I have always said I have compassion for others. But I must confess I have sometimes added “up to a point.” When I said that statement and those listening to me would look at me rather strangely, I would attempt to clarify my remark. “You know, we should help a person only so much and then they should “be able to make it on their own.” In my arrogance, I would make this comment without knowing the full background of the person being helped.
I’m not making excuses, although I’m sure it sounds like I am, but I had become jaded. I was working as a Church Business Administrator (and still am) and part of my responsibilities was to speak with those who called or came by the church seeking financial assistance. I had seen everything – from a person living out of their dilapidated car to a person who arrived in a brand new Camero to pick up a check to assist in paying their rent.
Eventually, God got fed up with my arrogance and said to me, “Who do you think you are? You are guilty of judging these people. You do not know their circumstances, yet you presume to only have compassion ‘up to a point.’ I have unlimited compassion and if you desire to be more like Me, you must repent and allow My compassion to flow through you to others.”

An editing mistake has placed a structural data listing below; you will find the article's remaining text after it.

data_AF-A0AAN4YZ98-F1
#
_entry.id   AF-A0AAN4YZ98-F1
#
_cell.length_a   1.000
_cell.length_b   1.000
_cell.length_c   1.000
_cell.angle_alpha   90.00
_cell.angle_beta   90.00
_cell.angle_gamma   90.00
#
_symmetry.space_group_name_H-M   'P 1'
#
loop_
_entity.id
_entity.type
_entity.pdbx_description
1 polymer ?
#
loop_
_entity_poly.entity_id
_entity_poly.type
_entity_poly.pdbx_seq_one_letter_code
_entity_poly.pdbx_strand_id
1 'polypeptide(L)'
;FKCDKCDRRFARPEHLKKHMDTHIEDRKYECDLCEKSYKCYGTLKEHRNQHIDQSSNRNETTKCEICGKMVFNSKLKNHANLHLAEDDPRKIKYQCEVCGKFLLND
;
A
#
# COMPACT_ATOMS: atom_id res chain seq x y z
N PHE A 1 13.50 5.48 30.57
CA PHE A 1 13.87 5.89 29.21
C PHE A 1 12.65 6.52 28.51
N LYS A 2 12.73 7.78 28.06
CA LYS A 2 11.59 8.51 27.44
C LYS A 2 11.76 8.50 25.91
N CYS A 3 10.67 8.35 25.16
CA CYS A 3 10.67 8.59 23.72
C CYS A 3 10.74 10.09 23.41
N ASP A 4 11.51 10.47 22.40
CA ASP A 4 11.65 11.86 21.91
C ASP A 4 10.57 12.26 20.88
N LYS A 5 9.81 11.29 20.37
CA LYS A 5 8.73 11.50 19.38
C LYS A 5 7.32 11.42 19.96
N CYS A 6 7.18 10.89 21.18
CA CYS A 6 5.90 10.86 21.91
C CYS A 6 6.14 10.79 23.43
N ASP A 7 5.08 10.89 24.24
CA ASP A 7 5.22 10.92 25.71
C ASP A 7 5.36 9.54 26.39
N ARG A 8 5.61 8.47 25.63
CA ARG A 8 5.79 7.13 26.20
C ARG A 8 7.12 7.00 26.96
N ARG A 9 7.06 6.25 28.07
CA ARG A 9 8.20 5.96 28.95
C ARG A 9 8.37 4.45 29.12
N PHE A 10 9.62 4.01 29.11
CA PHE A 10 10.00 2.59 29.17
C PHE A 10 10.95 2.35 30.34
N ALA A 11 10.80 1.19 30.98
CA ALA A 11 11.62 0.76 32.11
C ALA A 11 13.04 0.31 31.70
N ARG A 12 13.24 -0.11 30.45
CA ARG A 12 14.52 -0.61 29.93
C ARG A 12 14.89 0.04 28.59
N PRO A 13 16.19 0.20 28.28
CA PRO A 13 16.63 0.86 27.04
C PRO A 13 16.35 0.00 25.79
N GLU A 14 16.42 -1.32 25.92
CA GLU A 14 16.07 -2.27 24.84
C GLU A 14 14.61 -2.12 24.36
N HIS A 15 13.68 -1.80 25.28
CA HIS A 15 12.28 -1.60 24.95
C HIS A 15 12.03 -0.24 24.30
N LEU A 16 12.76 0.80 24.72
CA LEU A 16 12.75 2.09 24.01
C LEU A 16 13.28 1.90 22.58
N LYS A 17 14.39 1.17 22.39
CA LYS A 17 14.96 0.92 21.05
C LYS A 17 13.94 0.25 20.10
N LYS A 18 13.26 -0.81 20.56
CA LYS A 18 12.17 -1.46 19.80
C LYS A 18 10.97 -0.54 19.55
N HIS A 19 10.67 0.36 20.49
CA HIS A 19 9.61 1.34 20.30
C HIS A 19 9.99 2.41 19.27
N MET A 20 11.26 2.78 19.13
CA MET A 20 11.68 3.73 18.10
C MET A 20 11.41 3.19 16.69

Ouch. Needless to say, I was on my face, repenting and asking God to pour His compassion through me. He did forgive me and began to allow me to see others through His eyes. And what an eye-opener that was. We never know what is going on behind closed doors.
I also researched the compassion of Jesus and found that as in all situations, Jesus is no respecter of persons when it comes to compassion. Just a few references:
Mark 6:34: Compassion towards those in the multitude who were distressed and scattered abroad as sheep without a shepherd
Mark 8:2: Compassion on the multitude in general
Matthew 20:34: Compassion on the blind
Mark 9: 22, 25: Compassion on the demonized, the victims of the power of unclean spirits
Mark 1:40-41: Compassion on the leper
Luke 7:12-13: Compassion on the bereaved
There are many more scriptures but I’m sure you are beginning to see my point. He had compassion on all who needed it. He was not selective and his compassion did not go “up to a point” – it went all the way.
In this day and age, when there are so many people suffering financially, physically or emotionally, may the gift of God’s compassion flow through each of us.
Father God, help us to always see others through your eyes and to allow your compassion to flow through us out to them. Give us the words you would have us speak to these people to encourage them and edify them. In the name of Jesus, AMEN.
© Edwina E. Cowgill